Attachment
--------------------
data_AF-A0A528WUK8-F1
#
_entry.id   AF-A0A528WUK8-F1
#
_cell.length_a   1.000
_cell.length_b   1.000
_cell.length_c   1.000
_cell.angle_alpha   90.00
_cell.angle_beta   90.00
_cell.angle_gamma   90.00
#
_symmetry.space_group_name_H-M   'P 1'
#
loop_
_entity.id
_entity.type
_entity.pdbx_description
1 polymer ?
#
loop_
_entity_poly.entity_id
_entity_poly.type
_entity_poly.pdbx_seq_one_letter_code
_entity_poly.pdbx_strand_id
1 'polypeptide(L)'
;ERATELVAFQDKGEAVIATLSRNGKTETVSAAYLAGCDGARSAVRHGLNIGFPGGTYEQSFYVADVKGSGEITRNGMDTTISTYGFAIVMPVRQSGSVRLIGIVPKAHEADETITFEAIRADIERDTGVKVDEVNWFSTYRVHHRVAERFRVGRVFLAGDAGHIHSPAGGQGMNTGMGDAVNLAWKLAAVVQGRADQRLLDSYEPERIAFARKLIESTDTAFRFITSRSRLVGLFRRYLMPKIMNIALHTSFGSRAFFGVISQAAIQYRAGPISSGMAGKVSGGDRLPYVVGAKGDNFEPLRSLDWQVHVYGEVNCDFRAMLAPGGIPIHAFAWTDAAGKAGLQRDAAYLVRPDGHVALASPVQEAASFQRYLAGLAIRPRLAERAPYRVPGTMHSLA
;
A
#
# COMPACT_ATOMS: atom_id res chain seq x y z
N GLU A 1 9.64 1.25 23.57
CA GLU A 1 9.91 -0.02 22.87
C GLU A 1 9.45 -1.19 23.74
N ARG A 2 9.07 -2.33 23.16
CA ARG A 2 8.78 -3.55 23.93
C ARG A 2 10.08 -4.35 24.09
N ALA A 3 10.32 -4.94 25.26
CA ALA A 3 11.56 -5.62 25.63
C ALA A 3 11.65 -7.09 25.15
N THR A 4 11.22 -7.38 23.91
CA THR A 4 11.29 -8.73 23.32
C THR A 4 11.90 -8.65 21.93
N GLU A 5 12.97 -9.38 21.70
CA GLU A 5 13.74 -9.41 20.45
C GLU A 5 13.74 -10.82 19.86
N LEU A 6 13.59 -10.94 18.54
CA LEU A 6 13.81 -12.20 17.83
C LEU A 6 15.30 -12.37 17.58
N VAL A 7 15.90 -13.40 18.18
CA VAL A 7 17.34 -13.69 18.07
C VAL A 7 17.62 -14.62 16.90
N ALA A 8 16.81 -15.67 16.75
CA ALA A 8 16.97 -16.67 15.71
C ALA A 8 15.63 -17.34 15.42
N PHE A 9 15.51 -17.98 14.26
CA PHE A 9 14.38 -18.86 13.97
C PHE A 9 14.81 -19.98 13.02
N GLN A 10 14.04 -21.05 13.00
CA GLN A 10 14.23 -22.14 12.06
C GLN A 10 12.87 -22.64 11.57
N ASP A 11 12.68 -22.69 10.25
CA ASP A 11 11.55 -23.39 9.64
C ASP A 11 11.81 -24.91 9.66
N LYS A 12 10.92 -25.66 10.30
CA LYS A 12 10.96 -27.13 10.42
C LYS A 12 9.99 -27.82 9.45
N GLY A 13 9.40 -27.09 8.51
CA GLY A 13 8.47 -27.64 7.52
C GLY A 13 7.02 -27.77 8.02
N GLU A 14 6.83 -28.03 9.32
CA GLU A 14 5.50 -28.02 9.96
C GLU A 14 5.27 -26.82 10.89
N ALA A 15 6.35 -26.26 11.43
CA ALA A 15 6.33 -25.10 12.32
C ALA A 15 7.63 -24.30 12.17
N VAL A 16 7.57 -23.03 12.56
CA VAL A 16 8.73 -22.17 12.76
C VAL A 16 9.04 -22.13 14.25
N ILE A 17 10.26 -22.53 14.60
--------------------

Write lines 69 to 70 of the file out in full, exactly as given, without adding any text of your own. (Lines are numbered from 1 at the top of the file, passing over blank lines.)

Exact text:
C GLY A 13 7.02 -27.77 8.02
N GLU A 14 6.83 -28.03 9.32